The settlement includes a $6.05 billion cash payment, according to a July 13 filing. That amount would be reduced if some plaintiffs don’t agree to participate.

The settlement also provides for a temporary rebate of about one-tenth of a percentage point on the fees charged retailers, according to the filing. The agreement includes modifications in Visa and MasterCard rules to allow merchants to tack surcharges on to bills based on the fees.

The case is In re Payment Card Interchange Fee and Merchant Discount Antitrust Litigation, 05-md-01720, U.S. District Court, Eastern District of New York (Brooklyn).

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Mortgage Database MERS Reaches Settlement With Delaware

Merscorp Holdings Inc., which operates a mortgage registry, settled a lawsuit brought by the Delaware Attorney General Beau Biden that accused the company of engaging in deceptive practices.

Merscorp Holdings agreed to conduct regular audits of its records for accuracy and maintain a database that allows homeowners to learn who owns their mortgage, Biden said July 13 in a statement.

The MERS system, which tracks ownership interests in mortgages and servicing rights, has been targeted in lawsuits by the attorneys general of New York and Massachusetts. Biden contended in his lawsuit in Delaware Chancery Court in Wilmington that the company’s records were inaccurate and that it impeded the ability of homeowners to fight foreclosures and obtain loan modifications from lenders.

Banks created MERS to reduce costs and speed up the process of bundling mortgages into securities, according to Biden. The company built “an unregulated shadow mortgage registry” that allows mortgage records to be changed without any oversight, Biden said in court papers.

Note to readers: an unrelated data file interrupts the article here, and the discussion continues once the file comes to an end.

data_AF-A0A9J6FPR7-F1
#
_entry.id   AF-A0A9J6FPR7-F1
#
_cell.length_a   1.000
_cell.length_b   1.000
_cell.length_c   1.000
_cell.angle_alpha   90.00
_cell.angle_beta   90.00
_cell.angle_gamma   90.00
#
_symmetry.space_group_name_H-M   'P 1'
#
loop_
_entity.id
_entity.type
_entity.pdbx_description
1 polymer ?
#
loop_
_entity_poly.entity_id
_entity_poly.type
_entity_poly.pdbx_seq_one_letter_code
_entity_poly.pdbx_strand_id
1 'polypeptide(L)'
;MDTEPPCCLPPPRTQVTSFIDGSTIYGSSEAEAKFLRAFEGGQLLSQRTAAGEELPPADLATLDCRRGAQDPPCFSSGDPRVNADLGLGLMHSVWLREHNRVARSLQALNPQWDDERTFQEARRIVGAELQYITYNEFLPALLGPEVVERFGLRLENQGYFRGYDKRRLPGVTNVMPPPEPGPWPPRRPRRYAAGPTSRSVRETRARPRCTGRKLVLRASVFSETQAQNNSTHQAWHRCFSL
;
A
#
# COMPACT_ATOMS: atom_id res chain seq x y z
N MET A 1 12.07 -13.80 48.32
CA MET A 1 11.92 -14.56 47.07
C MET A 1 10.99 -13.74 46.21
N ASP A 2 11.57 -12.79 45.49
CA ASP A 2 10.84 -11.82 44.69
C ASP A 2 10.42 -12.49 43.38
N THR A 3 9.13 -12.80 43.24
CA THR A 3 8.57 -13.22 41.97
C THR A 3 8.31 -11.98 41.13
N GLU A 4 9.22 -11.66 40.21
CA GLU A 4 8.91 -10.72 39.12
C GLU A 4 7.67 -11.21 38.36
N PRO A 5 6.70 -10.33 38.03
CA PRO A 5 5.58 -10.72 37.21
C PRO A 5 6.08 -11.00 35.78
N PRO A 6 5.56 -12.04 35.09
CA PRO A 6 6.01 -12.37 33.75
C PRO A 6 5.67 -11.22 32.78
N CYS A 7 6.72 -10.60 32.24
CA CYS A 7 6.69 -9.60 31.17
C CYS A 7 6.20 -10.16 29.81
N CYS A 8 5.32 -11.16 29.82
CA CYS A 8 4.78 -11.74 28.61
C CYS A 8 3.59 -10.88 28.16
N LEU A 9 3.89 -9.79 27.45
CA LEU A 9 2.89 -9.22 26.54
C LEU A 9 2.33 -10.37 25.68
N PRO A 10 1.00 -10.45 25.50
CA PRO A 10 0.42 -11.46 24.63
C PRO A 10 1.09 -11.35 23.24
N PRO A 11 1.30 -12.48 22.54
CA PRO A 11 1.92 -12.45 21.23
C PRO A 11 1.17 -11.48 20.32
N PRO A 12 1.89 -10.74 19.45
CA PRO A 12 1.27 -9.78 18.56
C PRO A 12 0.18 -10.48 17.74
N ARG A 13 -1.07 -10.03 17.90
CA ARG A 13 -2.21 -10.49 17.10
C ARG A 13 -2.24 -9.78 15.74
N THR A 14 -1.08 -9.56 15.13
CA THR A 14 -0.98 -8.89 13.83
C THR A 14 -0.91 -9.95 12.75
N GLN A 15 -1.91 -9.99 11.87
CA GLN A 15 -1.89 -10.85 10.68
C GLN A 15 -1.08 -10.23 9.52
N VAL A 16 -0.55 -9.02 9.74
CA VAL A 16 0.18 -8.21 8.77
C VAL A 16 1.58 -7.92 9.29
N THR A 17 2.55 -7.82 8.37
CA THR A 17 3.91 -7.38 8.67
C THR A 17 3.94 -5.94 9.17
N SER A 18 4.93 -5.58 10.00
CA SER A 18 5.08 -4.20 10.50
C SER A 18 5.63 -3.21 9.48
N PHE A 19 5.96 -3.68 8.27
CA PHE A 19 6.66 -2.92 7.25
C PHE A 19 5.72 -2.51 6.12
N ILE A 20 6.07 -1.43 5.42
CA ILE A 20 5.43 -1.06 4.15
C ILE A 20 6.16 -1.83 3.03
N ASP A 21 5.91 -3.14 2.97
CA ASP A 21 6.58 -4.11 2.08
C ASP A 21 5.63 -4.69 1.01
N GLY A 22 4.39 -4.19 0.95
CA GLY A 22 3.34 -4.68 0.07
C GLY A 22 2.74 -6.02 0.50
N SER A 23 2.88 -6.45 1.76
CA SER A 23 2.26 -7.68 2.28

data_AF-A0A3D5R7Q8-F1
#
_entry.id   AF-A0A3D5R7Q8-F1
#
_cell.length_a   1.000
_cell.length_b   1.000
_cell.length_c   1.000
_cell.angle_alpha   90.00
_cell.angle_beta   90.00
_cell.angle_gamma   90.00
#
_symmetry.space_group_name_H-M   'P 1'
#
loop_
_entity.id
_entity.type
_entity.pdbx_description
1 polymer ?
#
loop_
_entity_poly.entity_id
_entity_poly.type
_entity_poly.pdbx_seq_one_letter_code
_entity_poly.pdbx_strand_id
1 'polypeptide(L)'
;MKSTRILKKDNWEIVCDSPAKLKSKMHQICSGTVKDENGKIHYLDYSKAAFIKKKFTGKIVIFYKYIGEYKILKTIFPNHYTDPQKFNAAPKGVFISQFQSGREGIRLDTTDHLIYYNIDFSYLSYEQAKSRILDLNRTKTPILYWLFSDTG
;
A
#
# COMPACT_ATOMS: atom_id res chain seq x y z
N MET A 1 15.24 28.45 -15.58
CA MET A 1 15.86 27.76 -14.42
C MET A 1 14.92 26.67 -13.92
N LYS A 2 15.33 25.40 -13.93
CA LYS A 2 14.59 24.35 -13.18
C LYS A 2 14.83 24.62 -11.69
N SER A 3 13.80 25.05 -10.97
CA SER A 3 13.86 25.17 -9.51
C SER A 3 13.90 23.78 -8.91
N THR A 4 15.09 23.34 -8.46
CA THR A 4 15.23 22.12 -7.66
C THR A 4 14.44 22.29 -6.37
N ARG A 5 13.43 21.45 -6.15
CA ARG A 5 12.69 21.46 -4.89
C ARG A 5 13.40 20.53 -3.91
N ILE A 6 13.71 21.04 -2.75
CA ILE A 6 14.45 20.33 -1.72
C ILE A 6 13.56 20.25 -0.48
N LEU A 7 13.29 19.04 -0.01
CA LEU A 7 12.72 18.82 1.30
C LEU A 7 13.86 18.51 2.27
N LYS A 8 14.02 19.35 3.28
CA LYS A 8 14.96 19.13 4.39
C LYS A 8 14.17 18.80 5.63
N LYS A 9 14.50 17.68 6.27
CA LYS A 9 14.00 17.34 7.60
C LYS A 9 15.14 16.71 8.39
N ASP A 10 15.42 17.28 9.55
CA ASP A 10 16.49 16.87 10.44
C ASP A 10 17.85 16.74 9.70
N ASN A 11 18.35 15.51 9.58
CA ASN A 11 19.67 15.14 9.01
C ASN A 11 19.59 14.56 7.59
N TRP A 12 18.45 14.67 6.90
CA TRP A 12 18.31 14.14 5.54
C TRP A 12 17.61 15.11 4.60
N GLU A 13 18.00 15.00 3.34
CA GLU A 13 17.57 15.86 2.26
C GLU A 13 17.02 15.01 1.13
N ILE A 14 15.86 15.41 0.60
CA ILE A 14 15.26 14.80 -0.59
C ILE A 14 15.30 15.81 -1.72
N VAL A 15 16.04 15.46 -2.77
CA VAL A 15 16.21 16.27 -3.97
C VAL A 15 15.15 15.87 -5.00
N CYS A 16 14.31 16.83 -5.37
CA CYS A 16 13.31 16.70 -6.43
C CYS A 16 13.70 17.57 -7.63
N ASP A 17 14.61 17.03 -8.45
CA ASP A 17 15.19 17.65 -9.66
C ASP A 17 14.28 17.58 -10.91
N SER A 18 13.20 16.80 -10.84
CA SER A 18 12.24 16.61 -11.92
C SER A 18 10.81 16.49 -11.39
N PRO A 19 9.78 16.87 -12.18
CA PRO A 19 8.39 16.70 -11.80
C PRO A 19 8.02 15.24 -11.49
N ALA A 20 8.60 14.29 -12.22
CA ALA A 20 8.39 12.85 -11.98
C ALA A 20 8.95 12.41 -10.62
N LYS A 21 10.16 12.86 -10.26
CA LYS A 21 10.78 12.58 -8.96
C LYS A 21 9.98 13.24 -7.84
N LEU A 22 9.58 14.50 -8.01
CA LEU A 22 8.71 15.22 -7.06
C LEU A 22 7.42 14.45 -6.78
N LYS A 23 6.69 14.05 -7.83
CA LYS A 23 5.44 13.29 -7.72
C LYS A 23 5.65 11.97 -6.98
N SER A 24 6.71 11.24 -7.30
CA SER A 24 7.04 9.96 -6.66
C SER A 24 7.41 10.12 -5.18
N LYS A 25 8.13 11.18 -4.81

Merscorp Holdings’ shareholders include Bank of America Corp., Wells Fargo & Co. and mortgage-finance companies Fannie Mae and Freddie Mac, according to its website. Bank of America and Wells Fargo were among five banks that reached a $25 billion settlement with state and federal officials this year over foreclosure practices.

Biden said his settlement will increase the transparency and accuracy of mortgage records.

The settlement agreement requires Merscorp Holdings to maintain a database accessible online and by phone that allows homeowners to see who owns their mortgage and services the loan, according to Biden’s office. Records of the MERS system must be audited, with the results reported to Biden’s office, the attorney general said.

Merscorp Holdings already has implemented the measures in the settlement nationally except the reports to Biden’s office, Jason Lobo, a company spokesman, said in a phone interview. The Reston, Virginia-based company didn’t admit to wrongdoing.

“We are pleased to have come to an agreement with the state of Delaware that both serves the best interests of Delaware homeowners and protects the value Merscorp Holdings brings to its members,” Chief Executive Officer Bill Beckmann said in an e-mailed statement.

The case is Delaware v. Merscorp Inc., CA6987, Delaware Chancery Court (Wilmington).